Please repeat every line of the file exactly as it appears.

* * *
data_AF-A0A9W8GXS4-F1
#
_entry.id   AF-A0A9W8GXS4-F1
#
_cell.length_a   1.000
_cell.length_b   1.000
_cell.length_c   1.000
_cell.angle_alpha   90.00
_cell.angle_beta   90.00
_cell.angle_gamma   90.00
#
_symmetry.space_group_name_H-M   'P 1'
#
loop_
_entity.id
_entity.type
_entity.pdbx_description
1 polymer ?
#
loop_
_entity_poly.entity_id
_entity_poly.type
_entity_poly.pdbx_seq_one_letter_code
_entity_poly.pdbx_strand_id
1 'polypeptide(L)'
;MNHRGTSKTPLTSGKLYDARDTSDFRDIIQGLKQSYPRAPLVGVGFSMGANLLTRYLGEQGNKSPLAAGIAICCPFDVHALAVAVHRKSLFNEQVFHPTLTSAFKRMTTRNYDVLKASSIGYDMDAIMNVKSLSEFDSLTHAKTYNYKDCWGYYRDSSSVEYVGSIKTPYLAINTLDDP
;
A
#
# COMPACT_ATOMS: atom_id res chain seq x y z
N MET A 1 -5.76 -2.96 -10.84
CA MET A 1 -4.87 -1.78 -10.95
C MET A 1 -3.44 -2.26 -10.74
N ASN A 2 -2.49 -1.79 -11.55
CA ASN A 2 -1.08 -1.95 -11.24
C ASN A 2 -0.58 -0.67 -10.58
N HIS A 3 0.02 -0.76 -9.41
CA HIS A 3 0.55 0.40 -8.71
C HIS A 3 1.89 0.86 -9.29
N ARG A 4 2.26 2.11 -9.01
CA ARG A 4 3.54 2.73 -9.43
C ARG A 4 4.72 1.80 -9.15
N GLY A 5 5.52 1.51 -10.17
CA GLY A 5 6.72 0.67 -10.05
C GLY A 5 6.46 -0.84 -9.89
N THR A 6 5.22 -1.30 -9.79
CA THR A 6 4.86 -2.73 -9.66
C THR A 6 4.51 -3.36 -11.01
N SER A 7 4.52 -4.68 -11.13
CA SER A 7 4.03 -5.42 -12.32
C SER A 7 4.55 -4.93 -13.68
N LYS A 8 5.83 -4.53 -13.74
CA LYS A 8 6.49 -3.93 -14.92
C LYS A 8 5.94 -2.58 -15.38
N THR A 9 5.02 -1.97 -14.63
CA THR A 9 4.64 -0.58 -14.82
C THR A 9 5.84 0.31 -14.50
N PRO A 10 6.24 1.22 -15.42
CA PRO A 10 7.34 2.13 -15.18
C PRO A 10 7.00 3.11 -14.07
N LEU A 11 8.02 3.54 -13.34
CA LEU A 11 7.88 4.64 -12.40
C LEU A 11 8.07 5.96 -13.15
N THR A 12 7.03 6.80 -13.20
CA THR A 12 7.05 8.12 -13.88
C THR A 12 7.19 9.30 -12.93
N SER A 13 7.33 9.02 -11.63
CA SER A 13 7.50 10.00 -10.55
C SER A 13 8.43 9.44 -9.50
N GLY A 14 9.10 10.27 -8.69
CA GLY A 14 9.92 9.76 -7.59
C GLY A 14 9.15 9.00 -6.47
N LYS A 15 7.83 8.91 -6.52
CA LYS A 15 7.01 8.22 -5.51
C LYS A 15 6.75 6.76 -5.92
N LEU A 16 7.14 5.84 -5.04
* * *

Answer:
data_AF-A0A9W8GXS4-F1
#
_entry.id   AF-A0A9W8GXS4-F1
#
_cell.length_a   1.000
_cell.length_b   1.000
_cell.length_c   1.000
_cell.angle_alpha   90.00
_cell.angle_beta   90.00
_cell.angle_gamma   90.00
#
_symmetry.space_group_name_H-M   'P 1'
#
loop_
_entity.id
_entity.type
_entity.pdbx_description
1 polymer ?
#
loop_
_entity_poly.entity_id
_entity_poly.type
_entity_poly.pdbx_seq_one_letter_code
_entity_poly.pdbx_strand_id
1 'polypeptide(L)'
;MNHRGTSKTPLTSGKLYDARDTSDFRDIIQGLKQSYPRAPLVGVGFSMGANLLTRYLGEQGNKSPLAAGIAICCPFDVHALAVAVHRKSLFNEQVFHPTLTSAFKRMTTRNYDVLKASSIGYDMDAIMNVKSLSEFDSLTHAKTYNYKDCWGYYRDSSSVEYVGSIKTPYLAINTLDDP
;
A
#
# COMPACT_ATOMS: atom_id res chain seq x y z
N MET A 1 -5.76 -2.96 -10.84
CA MET A 1 -4.87 -1.78 -10.95
C MET A 1 -3.44 -2.26 -10.74
N ASN A 2 -2.49 -1.79 -11.55
CA ASN A 2 -1.08 -1.95 -11.24
C ASN A 2 -0.58 -0.67 -10.58
N HIS A 3 0.02 -0.76 -9.41
CA HIS A 3 0.55 0.40 -8.71
C HIS A 3 1.89 0.86 -9.29
N ARG A 4 2.26 2.11 -9.01
CA ARG A 4 3.54 2.73 -9.43
C ARG A 4 4.72 1.80 -9.15
N GLY A 5 5.52 1.51 -10.17
CA GLY A 5 6.72 0.67 -10.05
C GLY A 5 6.46 -0.84 -9.89
N THR A 6 5.22 -1.30 -9.79
CA THR A 6 4.86 -2.73 -9.66
C THR A 6 4.51 -3.36 -11.01
N SER A 7 4.52 -4.68 -11.13
CA SER A 7 4.03 -5.42 -12.32
C SER A 7 4.55 -4.93 -13.68
N LYS A 8 5.83 -4.53 -13.74
CA LYS A 8 6.49 -3.93 -14.92
C LYS A 8 5.94 -2.58 -15.38
N THR A 9 5.02 -1.97 -14.63
CA THR A 9 4.64 -0.58 -14.82
C THR A 9 5.84 0.31 -14.50
N PRO A 10 6.24 1.22 -15.42
CA PRO A 10 7.34 2.13 -15.18
C PRO A 10 7.00 3.11 -14.07
N LEU A 11 8.02 3.54 -13.34
CA LEU A 11 7.88 4.64 -12.40
C LEU A 11 8.07 5.96 -13.15
N THR A 12 7.03 6.80 -13.20
CA THR A 12 7.05 8.12 -13.88
C THR A 12 7.19 9.30 -12.93
N SER A 13 7.33 9.02 -11.63
CA SER A 13 7.50 10.00 -10.55
C SER A 13 8.43 9.44 -9.50
N GLY A 14 9.10 10.27 -8.69
CA GLY A 14 9.92 9.76 -7.59
C GLY A 14 9.15 9.00 -6.47
N LYS A 15 7.83 8.91 -6.52
CA LYS A 15 7.01 8.22 -5.51
C LYS A 15 6.75 6.76 -5.92
N LEU A 16 7.14 5.84 -5.04